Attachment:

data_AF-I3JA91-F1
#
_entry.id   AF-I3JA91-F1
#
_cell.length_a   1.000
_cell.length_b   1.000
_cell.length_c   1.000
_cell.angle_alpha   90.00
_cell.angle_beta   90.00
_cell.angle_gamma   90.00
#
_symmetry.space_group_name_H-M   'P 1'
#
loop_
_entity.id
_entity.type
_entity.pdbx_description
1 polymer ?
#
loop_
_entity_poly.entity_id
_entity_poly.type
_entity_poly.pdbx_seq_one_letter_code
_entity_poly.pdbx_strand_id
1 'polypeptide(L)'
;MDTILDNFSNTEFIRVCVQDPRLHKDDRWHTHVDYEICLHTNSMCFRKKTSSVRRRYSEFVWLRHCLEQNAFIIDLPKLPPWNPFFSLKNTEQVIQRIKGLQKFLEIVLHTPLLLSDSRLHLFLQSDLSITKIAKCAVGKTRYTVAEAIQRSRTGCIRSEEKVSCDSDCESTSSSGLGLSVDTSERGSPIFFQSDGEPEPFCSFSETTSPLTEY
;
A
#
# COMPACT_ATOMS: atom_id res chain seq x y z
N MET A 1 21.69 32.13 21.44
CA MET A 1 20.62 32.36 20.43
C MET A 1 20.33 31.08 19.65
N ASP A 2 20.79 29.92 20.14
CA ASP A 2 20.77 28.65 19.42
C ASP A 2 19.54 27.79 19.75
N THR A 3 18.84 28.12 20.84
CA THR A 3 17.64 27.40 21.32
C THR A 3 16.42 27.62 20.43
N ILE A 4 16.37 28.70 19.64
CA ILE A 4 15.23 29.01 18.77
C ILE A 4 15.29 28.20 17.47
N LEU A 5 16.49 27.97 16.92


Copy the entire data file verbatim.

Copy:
data_AF-I3JA91-F1
#
_entry.id   AF-I3JA91-F1
#
_cell.length_a   1.000
_cell.length_b   1.000
_cell.length_c   1.000
_cell.angle_alpha   90.00
_cell.angle_beta   90.00
_cell.angle_gamma   90.00
#
_symmetry.space_group_name_H-M   'P 1'
#
loop_
_entity.id
_entity.type
_entity.pdbx_description
1 polymer ?
#
loop_
_entity_poly.entity_id
_entity_poly.type
_entity_poly.pdbx_seq_one_letter_code
_entity_poly.pdbx_strand_id
1 'polypeptide(L)'
;MDTILDNFSNTEFIRVCVQDPRLHKDDRWHTHVDYEICLHTNSMCFRKKTSSVRRRYSEFVWLRHCLEQNAFIIDLPKLPPWNPFFSLKNTEQVIQRIKGLQKFLEIVLHTPLLLSDSRLHLFLQSDLSITKIAKCAVGKTRYTVAEAIQRSRTGCIRSEEKVSCDSDCESTSSSGLGLSVDTSERGSPIFFQSDGEPEPFCSFSETTSPLTEY
;
A
#
# COMPACT_ATOMS: atom_id res chain seq x y z
N MET A 1 21.69 32.13 21.44
CA MET A 1 20.62 32.36 20.43
C MET A 1 20.33 31.08 19.65
N ASP A 2 20.79 29.92 20.14
CA ASP A 2 20.77 28.65 19.42
C ASP A 2 19.54 27.79 19.75
N THR A 3 18.84 28.12 20.84
CA THR A 3 17.64 27.40 21.32
C THR A 3 16.42 27.62 20.43
N ILE A 4 16.37 28.70 19.64
CA ILE A 4 15.23 29.01 18.77
C ILE A 4 15.29 28.20 17.47
N LEU A 5 16.49 27.97 16.92